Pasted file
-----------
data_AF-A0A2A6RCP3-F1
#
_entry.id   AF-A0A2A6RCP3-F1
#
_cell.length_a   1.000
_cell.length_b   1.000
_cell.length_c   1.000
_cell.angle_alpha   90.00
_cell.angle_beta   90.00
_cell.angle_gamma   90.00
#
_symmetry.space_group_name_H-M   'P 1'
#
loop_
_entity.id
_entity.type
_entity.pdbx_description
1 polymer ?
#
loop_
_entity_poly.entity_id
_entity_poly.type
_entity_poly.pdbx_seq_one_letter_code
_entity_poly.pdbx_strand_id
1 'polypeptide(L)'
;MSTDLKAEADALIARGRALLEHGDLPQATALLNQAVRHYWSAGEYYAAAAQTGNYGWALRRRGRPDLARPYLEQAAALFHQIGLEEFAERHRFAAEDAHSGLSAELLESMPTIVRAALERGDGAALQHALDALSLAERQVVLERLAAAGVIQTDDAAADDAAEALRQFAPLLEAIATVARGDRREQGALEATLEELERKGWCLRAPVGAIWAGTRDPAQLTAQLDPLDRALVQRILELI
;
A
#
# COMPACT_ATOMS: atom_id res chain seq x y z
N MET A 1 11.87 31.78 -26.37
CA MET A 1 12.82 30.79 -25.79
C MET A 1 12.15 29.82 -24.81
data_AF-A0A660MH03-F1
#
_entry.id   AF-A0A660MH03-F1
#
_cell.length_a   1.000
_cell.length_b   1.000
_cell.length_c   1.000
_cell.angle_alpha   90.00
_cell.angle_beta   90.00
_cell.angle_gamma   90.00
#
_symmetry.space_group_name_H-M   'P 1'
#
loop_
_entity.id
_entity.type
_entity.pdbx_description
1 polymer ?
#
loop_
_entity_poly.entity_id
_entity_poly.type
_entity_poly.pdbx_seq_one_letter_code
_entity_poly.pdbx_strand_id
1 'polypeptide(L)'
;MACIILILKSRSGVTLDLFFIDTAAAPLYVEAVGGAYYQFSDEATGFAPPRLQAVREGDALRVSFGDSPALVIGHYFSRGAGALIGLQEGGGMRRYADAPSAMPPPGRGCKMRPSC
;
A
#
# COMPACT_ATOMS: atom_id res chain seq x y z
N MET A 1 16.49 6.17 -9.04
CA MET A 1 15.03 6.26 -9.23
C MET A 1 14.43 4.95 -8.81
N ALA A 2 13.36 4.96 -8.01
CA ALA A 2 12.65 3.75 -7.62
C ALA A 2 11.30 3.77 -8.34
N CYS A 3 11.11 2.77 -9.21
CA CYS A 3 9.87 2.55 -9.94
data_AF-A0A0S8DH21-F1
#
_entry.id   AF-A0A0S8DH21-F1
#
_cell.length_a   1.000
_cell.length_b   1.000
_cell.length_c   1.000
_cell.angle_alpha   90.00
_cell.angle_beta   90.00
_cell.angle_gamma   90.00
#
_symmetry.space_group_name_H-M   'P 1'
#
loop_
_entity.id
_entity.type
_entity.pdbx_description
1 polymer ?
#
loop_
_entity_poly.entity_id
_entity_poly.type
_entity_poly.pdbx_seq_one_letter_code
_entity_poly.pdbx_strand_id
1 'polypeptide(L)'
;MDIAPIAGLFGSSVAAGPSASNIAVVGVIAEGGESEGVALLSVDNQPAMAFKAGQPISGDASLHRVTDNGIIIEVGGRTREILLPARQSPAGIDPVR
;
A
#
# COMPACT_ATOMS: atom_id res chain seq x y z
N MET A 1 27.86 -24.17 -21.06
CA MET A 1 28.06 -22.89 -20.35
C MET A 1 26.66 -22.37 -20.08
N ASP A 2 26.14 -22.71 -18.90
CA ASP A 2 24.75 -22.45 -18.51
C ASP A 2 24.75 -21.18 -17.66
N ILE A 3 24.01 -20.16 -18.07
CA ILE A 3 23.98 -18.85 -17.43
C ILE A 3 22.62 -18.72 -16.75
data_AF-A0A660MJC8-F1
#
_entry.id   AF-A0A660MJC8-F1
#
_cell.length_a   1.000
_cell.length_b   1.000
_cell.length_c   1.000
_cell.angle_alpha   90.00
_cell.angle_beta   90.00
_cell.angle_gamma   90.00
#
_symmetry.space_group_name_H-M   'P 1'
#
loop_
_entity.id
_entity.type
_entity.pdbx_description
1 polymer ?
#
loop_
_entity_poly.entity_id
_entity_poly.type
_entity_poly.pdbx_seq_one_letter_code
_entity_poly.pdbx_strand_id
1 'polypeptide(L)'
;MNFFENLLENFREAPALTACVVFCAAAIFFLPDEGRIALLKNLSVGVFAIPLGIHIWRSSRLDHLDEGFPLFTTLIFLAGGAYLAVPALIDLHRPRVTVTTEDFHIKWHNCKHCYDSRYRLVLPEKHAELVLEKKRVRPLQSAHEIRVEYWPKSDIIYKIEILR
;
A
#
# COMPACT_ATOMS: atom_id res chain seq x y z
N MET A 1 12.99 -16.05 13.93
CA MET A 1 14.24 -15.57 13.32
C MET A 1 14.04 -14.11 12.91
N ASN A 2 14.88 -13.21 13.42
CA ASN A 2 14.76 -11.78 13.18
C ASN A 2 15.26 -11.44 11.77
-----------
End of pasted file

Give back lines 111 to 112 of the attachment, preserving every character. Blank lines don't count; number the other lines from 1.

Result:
data_AF-A0A660MJC8-F1
#